A week after Bowie’s passing and I still can’t quite process that he has gone.
I was pretty gutted when Lou Reed died but Bowie’s death has hit me even harder. It’s impossible for me to think back on my life without the music of David Bowie being an integral part of its soundtrack through the decades. We’ve lost a creative giant and someone whose work touched my life irrevocably. This is a real chapter-closer, severing a big link with my youth.
However, it’s heartwarming to see the amazing reaction the world the world has given him upon his passing. And he went out on top, doing his best work in decades with Blackstar, upping the bar he’d been resetting with Heathen and The Next Day. I am glad I had three days to listen to and absorb it prior to his death, marveling that, at age 69, he was actually breaking new ground, with Blackstar largely being unlike anything else in his back catalogue. I can think of other music artists doing good stuff at 69, but I for the life of me can’t think of anyone other than Bowie doing something new at that age, and doing it well. That’s inspiring.
I was lucky enough to see Bowie five times and, in writing about the first time in 1983, I also wrote in-depth about what Bowie meant to me and how he impacted my life. I’ll simply relink to what I have already written rather than further reiterate.
Thanks for everything, David. RIP. You’ll be missed.
© 2016 VariousArtists
024. Discopravity: Psychic TV, Danceteria, New York City, New York, November 17, 1983. $n/a
NOTE: While this second of a two-part entry covers Psychic TV’s gig at Danceteria (part one included a look at a Circle Jerks’ show at The Reggae Lounge), its focus is more on the hijinks, buffoonery and events experienced among my friends and I over several days in NYC in late ‘83.
Now this was a club! Danceteria was utterly brilliant: a four-storey funhouse that was exactly what the doctor ordered (especially if he’d been Dr. Robert).
Ethel & Fred Mertz (Vivian Vance & William Frawley) in a still from an I Love Lucy postcard that I bought while in NYC. The physical exuberance depicted in this photo represents but 1/20th of that which was present in the mosh pit during the Circle Jerks’ show.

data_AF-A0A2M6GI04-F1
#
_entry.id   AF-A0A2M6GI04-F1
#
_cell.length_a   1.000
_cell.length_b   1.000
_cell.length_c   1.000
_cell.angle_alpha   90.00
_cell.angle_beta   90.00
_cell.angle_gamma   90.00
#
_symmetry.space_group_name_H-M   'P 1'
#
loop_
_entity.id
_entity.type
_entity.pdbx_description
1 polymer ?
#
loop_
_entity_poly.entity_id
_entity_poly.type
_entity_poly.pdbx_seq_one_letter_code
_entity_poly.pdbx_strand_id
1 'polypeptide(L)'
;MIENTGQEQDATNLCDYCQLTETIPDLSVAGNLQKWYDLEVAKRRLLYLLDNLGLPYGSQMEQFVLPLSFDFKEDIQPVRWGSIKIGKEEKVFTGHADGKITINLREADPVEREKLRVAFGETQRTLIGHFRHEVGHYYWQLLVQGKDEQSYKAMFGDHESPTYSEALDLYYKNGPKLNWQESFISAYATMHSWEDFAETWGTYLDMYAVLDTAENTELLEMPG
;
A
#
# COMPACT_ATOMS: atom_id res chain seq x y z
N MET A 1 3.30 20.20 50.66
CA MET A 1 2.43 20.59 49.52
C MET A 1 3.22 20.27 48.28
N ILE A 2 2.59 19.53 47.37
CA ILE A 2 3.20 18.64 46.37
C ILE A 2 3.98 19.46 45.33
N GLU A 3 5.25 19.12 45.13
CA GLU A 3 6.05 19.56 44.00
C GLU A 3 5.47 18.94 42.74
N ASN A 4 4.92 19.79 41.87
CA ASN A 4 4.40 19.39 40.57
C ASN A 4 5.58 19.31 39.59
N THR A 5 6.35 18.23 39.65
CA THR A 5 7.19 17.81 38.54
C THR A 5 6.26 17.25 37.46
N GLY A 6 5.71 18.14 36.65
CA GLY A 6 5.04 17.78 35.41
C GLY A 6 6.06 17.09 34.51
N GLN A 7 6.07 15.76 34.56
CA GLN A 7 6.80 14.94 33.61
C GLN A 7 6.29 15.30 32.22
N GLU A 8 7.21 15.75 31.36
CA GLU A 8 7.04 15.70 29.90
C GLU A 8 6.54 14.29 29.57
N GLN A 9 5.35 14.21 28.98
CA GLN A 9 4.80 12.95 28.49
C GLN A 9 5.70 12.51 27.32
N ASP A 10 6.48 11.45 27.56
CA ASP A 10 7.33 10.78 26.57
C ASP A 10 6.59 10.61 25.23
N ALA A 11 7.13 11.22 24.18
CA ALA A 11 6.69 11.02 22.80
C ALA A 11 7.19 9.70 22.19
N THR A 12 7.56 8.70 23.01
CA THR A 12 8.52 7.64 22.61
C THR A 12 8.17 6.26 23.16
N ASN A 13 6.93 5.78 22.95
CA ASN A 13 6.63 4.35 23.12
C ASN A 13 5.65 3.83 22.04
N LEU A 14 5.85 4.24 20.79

023. Back Against the Wall: Circle Jerks, Reggae Lounge, New York City, New York, November 16, 1983, $ n/a
NOTE: While this first part of a two-part entry will touch on the Circle Jerks’ show — and 024 will cover Psychic TV at the Danceteria — these two entries are more about the hijinks, buffoonery and events experienced among my friends and I over several days in NYC in late ‘83.
Marianne comes to town on a steamy August Monday evening. It was a night of thigh-slappin’ rhythms, contented smiles … and dangerous acquaintances.
021. Dangerous Acquaintances: Marianne Faithfull, Fryfogle’s, London, Ontario, August 15, 1983, $12.50
Marianne Faithfull has occupied mental real estate in my consciousness since I was but a wee lad. As someone who grew up in a household where the music of the Rolling Stones was ever-present via my older sibs (“Dandelion” was one of the first singles I ever owned; Out of Our Heads, my first album, was gifted to my four-year-old self from a visiting aunt and uncle from the UK), I was always following the Stones-related headlines and hijinks. Mick and Marianne’s exploits throughout their time as a couple in the late 1960s always got a profusion of ink. Continue reading
Three consecutive summers of Police Picnics — and four consecutive summers of music festivals — come to a close for me with this final edition.
019. Walking on the Moon: Police Picnic III featuring The Police, Peter Tosh, James Brown, King Sunny Adé, Blue Peter, and The Fixx, CNE Stadium, Toronto, Ontario, Canada, Friday August 5, 1983, $20.
Another summer, another all-day music festival in Toronto headlined by The Police. The last of the three, in fact.
It was part of the band’s final tour undertaken during the time of their original existence, as a promotional vehicle for their fifth album, Synchronicity, which was an immediate blockbuster upon its early June release. Advertised as being along for the ride this time were former Wailer and reggae legend Peter Tosh; the brilliant King Sunny Adé and His African Beats; bland, contemporary new wavers The Fixx; Toronto’s own Blue Peter, then nearing both a career peak and the last throes of their existence; and, best of all and initially the biggest reason for my purchasing a ticket, Scotland’s Simple Minds, then finishing up their global flogging of what is for my money the one truly brilliant long-playing moment of their career: 1982’s New Gold Dream.
I do not have a ticket for this show, so a big Thank You to MZ for this handbill scan from her collection.
018. I Keep A Close Watch: John Cale with Sheep Look Up, Fryfogle’s, London, Ontario, Canada, Monday June 13, 1983
Given my life-long obsession with music of many genres, it’s difficult for me to pair it down to a singular favourite.
That said, if pushed, there are probably two bands who could split that mantle between them. In my world, they are equal twin peaks and share a number of similar traits Continue reading